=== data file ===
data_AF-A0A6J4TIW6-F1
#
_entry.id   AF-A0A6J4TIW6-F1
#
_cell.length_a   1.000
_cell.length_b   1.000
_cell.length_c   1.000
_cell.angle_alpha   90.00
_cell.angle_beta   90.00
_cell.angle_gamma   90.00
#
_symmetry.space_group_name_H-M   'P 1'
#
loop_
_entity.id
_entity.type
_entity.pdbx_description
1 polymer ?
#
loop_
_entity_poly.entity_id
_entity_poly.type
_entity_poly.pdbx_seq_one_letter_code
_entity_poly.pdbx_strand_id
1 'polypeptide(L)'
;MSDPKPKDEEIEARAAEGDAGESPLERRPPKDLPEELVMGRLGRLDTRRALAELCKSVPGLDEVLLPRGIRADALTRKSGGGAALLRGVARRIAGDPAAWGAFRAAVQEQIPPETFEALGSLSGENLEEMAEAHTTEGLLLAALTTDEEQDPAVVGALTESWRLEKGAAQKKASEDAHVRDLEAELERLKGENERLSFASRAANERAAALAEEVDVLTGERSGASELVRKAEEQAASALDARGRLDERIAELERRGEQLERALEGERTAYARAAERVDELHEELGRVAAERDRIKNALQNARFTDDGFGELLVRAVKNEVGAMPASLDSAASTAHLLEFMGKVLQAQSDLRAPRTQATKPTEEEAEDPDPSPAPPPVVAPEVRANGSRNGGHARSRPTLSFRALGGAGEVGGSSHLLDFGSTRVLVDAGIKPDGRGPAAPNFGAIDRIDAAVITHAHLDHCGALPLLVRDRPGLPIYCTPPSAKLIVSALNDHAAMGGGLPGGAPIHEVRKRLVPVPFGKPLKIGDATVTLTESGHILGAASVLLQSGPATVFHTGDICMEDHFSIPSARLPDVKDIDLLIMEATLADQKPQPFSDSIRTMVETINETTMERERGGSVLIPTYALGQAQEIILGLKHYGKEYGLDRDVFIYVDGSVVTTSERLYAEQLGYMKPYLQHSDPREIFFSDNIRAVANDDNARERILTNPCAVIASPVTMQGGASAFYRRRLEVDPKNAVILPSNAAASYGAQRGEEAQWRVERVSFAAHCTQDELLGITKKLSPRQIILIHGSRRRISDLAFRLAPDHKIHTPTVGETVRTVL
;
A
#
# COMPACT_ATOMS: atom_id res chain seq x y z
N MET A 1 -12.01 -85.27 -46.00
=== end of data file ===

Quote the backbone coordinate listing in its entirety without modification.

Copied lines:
data_AF-A0A6J4TIW6-F1
#
_entry.id   AF-A0A6J4TIW6-F1
#
_cell.length_a   1.000
_cell.length_b   1.000
_cell.length_c   1.000
_cell.angle_alpha   90.00
_cell.angle_beta   90.00
_cell.angle_gamma   90.00
#
_symmetry.space_group_name_H-M   'P 1'
#
loop_
_entity.id
_entity.type
_entity.pdbx_description
1 polymer ?
#
loop_
_entity_poly.entity_id
_entity_poly.type
_entity_poly.pdbx_seq_one_letter_code
_entity_poly.pdbx_strand_id
1 'polypeptide(L)'
;MSDPKPKDEEIEARAAEGDAGESPLERRPPKDLPEELVMGRLGRLDTRRALAELCKSVPGLDEVLLPRGIRADALTRKSGGGAALLRGVARRIAGDPAAWGAFRAAVQEQIPPETFEALGSLSGENLEEMAEAHTTEGLLLAALTTDEEQDPAVVGALTESWRLEKGAAQKKASEDAHVRDLEAELERLKGENERLSFASRAANERAAALAEEVDVLTGERSGASELVRKAEEQAASALDARGRLDERIAELERRGEQLERALEGERTAYARAAERVDELHEELGRVAAERDRIKNALQNARFTDDGFGELLVRAVKNEVGAMPASLDSAASTAHLLEFMGKVLQAQSDLRAPRTQATKPTEEEAEDPDPSPAPPPVVAPEVRANGSRNGGHARSRPTLSFRALGGAGEVGGSSHLLDFGSTRVLVDAGIKPDGRGPAAPNFGAIDRIDAAVITHAHLDHCGALPLLVRDRPGLPIYCTPPSAKLIVSALNDHAAMGGGLPGGAPIHEVRKRLVPVPFGKPLKIGDATVTLTESGHILGAASVLLQSGPATVFHTGDICMEDHFSIPSARLPDVKDIDLLIMEATLADQKPQPFSDSIRTMVETINETTMERERGGSVLIPTYALGQAQEIILGLKHYGKEYGLDRDVFIYVDGSVVTTSERLYAEQLGYMKPYLQHSDPREIFFSDNIRAVANDDNARERILTNPCAVIASPVTMQGGASAFYRRRLEVDPKNAVILPSNAAASYGAQRGEEAQWRVERVSFAAHCTQDELLGITKKLSPRQIILIHGSRRRISDLAFRLAPDHKIHTPTVGETVRTVL
;
A
#
# COMPACT_ATOMS: atom_id res chain seq x y z
N MET A 1 -12.01 -85.27 -46.00